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So I'm trying to look at the difference between CPU and GPU program runtimes using a parallel computational scheme. My simple file is attached, but whenever I use parfor with the most computational-heavy area, the runtime is significantly increased (1.8s to 477s). How else can I help speed up the code by implementing parallelization? Is my code too simple to see a performance increase?

Thanks!

Bruno Pop-Stefanov
on 23 Oct 2014

Edited: Bruno Pop-Stefanov
on 23 Oct 2014

Dividing the work into several jobs and sending the jobs to the workers is very expensive. This is done at the line with parfor, before the loop starts. You're right in that there is no point to parallelize the code if this overhead is greater than the time needed to run the loop in serial.

I ran the code with for instead of parfor (it took me 308 sec for just x=3 and parfor was taking way too long to let it run to completion) and counted 6277 iterations of the while loop enclosing the parfor loop. That means that Parallel Computing Toolbox has to divide the loop and send the work to the workers 6277 times. That's a lot...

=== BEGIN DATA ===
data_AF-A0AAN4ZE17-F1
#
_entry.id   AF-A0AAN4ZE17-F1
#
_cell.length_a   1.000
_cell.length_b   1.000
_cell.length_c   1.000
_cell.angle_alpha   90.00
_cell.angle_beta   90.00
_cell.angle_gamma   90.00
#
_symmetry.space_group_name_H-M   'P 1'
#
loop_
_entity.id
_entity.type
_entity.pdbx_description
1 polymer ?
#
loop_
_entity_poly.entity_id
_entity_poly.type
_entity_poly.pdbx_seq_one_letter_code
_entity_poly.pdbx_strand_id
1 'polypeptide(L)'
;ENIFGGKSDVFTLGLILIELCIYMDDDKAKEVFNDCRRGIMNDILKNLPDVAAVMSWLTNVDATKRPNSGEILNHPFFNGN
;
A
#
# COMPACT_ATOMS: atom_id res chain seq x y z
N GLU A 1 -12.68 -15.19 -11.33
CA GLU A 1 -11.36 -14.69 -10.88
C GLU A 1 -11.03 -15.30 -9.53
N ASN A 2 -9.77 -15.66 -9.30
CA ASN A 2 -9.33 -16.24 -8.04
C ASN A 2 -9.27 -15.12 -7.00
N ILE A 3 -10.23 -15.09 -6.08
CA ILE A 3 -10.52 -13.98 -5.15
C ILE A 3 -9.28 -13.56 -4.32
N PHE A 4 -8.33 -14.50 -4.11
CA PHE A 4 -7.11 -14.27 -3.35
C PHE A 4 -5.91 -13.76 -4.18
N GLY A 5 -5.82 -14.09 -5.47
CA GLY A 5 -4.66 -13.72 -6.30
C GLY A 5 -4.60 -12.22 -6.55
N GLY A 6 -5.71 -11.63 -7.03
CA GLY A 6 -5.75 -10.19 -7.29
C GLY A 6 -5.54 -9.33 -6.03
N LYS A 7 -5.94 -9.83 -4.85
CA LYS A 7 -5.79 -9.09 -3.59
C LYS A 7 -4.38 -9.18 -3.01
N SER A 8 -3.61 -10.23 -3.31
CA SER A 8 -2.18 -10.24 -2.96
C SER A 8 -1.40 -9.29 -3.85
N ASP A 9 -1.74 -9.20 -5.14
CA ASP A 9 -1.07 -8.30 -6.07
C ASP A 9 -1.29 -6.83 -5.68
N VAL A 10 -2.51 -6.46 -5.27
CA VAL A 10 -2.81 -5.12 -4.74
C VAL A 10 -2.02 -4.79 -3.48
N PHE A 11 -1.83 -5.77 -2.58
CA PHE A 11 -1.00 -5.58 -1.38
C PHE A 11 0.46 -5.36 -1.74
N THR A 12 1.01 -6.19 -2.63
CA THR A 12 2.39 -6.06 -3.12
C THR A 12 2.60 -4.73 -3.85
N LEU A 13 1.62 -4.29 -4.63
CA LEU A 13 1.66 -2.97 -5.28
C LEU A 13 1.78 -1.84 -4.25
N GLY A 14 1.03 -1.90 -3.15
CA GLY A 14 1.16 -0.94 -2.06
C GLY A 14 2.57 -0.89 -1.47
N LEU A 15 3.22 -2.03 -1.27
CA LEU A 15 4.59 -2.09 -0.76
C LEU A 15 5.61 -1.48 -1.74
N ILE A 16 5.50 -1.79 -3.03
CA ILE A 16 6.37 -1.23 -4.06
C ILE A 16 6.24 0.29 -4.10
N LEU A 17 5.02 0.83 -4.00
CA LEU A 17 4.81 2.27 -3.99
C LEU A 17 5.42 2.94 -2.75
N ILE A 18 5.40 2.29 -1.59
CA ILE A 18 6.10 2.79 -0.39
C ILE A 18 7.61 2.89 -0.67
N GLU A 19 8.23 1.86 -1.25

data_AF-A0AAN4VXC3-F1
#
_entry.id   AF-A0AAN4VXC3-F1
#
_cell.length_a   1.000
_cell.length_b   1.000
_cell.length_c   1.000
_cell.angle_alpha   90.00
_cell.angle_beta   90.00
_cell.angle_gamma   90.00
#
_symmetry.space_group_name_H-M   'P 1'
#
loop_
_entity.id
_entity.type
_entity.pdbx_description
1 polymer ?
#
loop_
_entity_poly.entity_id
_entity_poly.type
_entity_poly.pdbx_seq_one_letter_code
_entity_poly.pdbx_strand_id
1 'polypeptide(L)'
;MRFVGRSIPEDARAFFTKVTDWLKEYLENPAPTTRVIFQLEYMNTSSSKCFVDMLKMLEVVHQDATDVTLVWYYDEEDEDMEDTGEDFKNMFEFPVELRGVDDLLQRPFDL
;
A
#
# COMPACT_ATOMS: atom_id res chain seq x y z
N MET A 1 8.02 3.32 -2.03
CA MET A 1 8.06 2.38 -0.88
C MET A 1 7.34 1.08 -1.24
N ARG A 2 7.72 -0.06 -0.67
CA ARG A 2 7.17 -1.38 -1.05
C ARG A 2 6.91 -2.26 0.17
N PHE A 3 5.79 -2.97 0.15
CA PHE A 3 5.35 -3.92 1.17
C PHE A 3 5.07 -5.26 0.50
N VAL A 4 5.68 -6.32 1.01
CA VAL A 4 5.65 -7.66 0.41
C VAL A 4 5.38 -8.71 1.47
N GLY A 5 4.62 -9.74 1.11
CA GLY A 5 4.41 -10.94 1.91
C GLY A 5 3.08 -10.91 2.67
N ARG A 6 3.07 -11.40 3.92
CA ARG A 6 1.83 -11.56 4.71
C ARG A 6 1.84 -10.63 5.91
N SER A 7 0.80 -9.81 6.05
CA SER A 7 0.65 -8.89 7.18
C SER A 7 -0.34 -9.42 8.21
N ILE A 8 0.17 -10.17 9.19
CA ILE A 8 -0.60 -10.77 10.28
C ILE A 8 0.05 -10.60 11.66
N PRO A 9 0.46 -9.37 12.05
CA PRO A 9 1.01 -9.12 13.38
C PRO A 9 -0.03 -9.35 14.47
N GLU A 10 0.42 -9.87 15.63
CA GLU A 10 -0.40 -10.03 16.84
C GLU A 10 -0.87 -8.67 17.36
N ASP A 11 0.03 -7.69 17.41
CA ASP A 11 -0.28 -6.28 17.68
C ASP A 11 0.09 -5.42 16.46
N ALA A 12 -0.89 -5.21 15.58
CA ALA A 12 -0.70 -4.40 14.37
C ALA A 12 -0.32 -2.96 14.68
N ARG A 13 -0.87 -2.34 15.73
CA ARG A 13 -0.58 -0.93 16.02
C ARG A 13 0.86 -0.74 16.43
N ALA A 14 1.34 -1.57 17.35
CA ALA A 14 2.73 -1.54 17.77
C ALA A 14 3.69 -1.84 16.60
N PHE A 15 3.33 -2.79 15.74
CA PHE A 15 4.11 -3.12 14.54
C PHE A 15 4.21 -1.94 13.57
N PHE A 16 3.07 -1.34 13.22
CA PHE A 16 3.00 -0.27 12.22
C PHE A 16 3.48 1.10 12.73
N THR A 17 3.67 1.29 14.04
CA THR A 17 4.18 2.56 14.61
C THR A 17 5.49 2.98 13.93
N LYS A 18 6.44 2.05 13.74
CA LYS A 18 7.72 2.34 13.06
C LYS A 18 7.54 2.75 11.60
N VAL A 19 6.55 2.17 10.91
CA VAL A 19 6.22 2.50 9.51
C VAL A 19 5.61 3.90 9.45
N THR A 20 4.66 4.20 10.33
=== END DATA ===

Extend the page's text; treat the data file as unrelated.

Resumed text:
It's better to divide the work at a higher level, i.e. above the while loop. For example, you could do x=1, x=2, and x=3 on three workers instead of doing it in serial. Instead of taking 3 times 308 s, it should take just above ~308 s:

parpool(3)

tic

spmd % instead of for x=1:3

x = labindex;

DataPoints=mesh(x)^2;

...

end

toc

delete(gcp)

Also, it would be nice to get rid of the inner for loop for j=2:N. You could see a speedup if you can vectorize this for loop somehow.

Matt J
on 23 Oct 2014

Edited: Matt J
on 23 Oct 2014

There doesn't appear to be any good reason to make u a cell array. It looks like it could be made into a simple matrix with elements u(i,j). The same is true for A, D, and un below.

A{i}(j)=(1/h)*(((u{i}(j+1)+u{i}(j))/2)^2-((u{i}(j)+u{i}(j-1))/2)^2);

D{i}(j)=(1/h^2)*(u{i}(j+1)+u{i}(j-1)+u{i+1}(j)+u{i-1}(j)-4*u{i}(j));

un{i}(j)=u{i}(j)+deltat*(-A{i}(j)+(10^-6)*D{i}(j))-((deltat/h)*(DeltaP));

It also doesn't look like you even need either parfor or for loops to compute these expressions. They all involve expressions that are either convolutions, or can be vectorized, e.g.

D=conv2(u,[0 1 0; 1 -4 1; 0 1 0],'same')/h^2;

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